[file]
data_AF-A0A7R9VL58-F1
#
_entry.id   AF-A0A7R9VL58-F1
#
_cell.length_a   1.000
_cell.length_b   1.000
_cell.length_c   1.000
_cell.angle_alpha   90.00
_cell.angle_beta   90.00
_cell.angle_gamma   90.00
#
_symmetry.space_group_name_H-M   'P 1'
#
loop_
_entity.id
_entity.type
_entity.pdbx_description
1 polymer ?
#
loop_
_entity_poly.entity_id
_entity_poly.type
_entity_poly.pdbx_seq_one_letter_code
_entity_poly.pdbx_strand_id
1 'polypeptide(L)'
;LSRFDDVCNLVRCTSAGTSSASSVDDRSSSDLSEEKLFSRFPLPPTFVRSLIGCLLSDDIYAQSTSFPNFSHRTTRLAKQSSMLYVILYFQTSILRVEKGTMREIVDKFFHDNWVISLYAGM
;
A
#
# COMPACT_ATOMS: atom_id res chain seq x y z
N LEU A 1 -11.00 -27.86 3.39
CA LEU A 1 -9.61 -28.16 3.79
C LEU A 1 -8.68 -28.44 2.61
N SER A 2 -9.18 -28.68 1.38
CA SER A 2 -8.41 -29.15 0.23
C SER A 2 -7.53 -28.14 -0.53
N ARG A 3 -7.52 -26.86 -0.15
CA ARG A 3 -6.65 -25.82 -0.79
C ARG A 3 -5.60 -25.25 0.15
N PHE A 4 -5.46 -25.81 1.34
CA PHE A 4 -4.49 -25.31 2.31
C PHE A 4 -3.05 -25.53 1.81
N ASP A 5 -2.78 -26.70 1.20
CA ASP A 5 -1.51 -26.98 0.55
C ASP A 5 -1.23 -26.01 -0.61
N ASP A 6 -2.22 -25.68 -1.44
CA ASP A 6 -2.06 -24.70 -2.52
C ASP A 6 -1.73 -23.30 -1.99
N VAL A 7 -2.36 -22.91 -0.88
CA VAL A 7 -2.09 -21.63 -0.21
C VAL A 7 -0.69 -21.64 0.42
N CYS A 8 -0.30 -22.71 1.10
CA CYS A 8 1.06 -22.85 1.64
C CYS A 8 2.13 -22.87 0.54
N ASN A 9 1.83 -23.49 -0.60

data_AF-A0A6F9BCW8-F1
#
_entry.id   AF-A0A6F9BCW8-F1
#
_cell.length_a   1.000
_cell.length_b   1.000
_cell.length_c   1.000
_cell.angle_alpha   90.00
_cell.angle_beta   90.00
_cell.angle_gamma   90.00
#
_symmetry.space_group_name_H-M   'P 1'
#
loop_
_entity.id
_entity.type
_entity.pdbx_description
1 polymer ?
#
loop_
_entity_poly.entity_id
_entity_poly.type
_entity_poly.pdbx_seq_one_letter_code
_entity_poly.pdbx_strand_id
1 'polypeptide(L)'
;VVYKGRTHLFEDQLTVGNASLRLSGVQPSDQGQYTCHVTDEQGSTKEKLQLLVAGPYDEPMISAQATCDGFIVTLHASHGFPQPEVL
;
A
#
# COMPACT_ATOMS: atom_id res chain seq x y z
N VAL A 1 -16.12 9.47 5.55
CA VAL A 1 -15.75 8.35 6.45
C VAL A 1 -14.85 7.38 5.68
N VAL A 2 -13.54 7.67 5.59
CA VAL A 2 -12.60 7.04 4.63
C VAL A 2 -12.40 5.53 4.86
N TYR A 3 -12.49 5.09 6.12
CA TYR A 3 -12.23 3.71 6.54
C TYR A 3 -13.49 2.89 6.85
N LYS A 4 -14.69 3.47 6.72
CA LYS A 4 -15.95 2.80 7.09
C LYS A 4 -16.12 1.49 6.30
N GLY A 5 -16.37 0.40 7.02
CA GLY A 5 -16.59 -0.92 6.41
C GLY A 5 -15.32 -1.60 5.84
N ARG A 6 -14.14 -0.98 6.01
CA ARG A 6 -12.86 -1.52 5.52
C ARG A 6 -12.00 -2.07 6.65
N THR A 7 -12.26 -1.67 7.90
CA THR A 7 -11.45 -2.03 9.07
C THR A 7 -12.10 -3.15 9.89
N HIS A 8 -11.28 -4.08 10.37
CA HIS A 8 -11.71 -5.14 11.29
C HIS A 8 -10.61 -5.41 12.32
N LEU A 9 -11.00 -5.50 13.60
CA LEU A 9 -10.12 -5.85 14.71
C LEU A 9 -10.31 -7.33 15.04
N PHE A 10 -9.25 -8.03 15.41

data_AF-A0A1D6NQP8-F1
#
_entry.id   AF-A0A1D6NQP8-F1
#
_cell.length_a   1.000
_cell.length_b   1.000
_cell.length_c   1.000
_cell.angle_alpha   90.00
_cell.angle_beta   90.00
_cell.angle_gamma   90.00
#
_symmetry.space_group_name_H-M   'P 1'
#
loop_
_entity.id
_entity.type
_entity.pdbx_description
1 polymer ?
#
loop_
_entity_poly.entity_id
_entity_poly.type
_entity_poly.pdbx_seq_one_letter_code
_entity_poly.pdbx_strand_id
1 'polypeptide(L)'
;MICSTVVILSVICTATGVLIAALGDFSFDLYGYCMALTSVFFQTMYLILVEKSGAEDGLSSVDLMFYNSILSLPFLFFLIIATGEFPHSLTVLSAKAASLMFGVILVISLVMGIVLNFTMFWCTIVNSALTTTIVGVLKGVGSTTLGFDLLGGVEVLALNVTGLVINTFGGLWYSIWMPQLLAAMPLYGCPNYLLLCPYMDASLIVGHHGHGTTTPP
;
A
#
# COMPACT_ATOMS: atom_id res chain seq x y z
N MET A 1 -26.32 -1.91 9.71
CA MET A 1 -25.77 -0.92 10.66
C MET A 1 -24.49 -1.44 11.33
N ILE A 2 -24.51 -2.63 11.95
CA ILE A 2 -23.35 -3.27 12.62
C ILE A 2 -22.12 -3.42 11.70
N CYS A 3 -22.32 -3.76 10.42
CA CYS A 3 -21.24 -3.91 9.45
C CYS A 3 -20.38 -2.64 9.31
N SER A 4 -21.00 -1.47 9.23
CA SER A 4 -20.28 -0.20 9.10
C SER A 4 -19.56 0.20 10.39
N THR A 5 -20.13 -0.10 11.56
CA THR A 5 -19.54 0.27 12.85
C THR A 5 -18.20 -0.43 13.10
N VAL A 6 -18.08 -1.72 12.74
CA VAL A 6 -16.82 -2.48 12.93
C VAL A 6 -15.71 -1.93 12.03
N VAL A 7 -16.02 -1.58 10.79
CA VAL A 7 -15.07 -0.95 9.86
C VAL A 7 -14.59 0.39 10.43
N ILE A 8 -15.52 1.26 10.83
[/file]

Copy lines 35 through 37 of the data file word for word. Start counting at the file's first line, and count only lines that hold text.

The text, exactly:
CA SER A 2 -8.41 -29.15 0.23
C SER A 2 -7.53 -28.14 -0.53
N ARG A 3 -7.52 -26.86 -0.15